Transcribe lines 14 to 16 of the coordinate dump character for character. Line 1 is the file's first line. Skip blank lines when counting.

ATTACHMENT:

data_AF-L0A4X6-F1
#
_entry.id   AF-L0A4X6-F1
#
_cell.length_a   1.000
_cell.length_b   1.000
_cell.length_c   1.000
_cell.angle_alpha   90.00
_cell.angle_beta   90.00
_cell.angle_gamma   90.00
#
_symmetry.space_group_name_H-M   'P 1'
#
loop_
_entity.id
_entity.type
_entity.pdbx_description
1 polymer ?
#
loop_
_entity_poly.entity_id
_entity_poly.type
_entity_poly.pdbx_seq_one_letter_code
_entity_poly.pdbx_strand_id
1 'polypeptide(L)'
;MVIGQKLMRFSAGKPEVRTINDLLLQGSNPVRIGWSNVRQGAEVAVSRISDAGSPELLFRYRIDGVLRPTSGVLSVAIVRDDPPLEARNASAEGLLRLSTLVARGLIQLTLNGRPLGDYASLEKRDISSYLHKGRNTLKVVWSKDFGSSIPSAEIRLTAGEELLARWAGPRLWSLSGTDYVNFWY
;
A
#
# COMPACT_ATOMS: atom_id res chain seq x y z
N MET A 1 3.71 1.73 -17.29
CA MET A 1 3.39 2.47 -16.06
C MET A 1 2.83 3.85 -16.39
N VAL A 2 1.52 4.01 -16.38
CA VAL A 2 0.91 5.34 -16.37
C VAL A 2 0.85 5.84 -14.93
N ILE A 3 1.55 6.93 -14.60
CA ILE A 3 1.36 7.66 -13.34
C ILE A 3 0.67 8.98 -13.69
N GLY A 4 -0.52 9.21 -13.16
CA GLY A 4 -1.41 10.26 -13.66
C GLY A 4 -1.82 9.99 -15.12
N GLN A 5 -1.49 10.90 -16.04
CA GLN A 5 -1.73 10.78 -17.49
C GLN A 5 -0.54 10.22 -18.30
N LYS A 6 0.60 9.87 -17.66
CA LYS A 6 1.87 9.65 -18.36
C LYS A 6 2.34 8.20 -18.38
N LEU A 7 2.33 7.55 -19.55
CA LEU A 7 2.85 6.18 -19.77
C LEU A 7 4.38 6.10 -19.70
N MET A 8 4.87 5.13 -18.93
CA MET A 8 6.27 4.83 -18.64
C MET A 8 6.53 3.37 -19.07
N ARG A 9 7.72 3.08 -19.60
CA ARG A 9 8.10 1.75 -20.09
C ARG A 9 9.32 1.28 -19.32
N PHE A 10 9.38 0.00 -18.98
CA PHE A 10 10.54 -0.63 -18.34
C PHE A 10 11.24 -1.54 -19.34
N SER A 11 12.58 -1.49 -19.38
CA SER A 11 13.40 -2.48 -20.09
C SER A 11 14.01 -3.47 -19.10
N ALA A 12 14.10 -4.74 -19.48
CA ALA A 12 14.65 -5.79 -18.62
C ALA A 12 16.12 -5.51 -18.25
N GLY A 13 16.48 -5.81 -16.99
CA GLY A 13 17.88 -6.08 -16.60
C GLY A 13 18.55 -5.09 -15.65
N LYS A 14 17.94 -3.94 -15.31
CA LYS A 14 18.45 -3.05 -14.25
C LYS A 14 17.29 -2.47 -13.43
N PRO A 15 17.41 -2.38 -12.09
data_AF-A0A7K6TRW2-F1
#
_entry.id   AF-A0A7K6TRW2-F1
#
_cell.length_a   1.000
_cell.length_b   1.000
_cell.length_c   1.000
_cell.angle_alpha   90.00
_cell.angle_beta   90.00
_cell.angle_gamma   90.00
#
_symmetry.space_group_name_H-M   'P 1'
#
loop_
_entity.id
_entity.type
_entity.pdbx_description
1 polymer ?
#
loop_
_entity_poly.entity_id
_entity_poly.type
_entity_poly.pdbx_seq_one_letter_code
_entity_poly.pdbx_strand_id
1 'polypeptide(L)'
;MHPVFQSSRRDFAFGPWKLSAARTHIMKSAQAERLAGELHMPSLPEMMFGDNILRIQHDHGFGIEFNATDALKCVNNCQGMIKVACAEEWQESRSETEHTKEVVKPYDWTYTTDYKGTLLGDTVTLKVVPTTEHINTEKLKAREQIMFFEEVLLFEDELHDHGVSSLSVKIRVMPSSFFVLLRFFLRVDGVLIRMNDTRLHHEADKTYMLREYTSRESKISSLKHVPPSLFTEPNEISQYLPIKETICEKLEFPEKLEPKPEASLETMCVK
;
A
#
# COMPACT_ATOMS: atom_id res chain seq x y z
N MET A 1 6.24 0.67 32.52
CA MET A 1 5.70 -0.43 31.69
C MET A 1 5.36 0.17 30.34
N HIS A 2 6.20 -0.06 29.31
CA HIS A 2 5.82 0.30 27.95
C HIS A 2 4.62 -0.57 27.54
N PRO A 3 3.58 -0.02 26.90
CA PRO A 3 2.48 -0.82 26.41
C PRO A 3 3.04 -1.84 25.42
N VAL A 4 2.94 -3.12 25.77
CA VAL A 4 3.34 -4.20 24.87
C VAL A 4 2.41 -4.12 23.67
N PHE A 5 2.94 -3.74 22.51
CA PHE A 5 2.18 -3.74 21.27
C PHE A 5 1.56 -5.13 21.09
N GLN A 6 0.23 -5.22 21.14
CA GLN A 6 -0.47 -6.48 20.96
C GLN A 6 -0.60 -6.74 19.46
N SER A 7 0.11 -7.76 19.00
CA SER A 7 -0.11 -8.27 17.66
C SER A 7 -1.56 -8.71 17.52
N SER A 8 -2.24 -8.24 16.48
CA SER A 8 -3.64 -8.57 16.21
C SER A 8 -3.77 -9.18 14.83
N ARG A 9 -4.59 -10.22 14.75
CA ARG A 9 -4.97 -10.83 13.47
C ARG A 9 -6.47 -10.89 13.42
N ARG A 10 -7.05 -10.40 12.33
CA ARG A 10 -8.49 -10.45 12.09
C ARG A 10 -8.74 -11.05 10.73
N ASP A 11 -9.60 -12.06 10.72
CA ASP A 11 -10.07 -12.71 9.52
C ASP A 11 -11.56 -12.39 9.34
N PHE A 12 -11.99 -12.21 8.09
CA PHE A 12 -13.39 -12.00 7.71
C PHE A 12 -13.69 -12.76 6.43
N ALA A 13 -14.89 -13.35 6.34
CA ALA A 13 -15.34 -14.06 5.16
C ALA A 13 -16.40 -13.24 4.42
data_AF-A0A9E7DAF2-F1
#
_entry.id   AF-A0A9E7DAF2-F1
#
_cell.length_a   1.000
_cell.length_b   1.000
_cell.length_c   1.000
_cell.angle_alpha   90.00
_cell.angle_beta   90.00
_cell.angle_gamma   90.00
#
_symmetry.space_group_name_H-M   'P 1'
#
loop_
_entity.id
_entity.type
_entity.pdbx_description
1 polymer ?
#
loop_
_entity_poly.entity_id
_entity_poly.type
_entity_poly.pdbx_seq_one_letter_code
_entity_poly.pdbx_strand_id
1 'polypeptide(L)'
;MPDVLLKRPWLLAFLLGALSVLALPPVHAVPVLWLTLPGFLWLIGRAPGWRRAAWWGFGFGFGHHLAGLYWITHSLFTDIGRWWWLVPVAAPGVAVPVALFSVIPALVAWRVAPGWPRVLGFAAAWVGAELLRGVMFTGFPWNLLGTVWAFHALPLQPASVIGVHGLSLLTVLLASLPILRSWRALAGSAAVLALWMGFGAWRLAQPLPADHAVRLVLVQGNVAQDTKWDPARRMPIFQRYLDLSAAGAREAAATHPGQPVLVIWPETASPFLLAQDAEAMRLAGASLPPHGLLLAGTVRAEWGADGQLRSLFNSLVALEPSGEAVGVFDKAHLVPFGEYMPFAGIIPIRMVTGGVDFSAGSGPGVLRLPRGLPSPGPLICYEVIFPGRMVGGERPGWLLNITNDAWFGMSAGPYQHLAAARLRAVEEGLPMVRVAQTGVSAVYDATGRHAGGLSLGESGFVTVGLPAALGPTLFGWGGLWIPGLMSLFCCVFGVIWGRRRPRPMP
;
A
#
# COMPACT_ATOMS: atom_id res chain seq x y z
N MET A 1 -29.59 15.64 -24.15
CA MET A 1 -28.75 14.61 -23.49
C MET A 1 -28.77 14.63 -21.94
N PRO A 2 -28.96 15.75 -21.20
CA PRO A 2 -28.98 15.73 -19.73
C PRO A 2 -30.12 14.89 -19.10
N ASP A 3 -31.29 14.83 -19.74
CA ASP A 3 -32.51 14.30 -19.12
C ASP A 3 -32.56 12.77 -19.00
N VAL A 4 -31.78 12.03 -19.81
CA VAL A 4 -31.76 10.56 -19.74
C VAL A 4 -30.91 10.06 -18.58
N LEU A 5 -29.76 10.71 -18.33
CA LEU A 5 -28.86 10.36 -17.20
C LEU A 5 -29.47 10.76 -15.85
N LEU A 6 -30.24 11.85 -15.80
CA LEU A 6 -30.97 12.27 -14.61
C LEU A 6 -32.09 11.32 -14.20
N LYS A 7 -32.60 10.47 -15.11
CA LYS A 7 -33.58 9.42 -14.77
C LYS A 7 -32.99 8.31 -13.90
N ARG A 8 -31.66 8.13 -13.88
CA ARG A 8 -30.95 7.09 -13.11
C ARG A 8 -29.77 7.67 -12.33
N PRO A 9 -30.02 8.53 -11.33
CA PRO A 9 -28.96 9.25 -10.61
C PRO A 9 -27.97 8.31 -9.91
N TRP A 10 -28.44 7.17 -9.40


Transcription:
loop_
_entity.id
_entity.type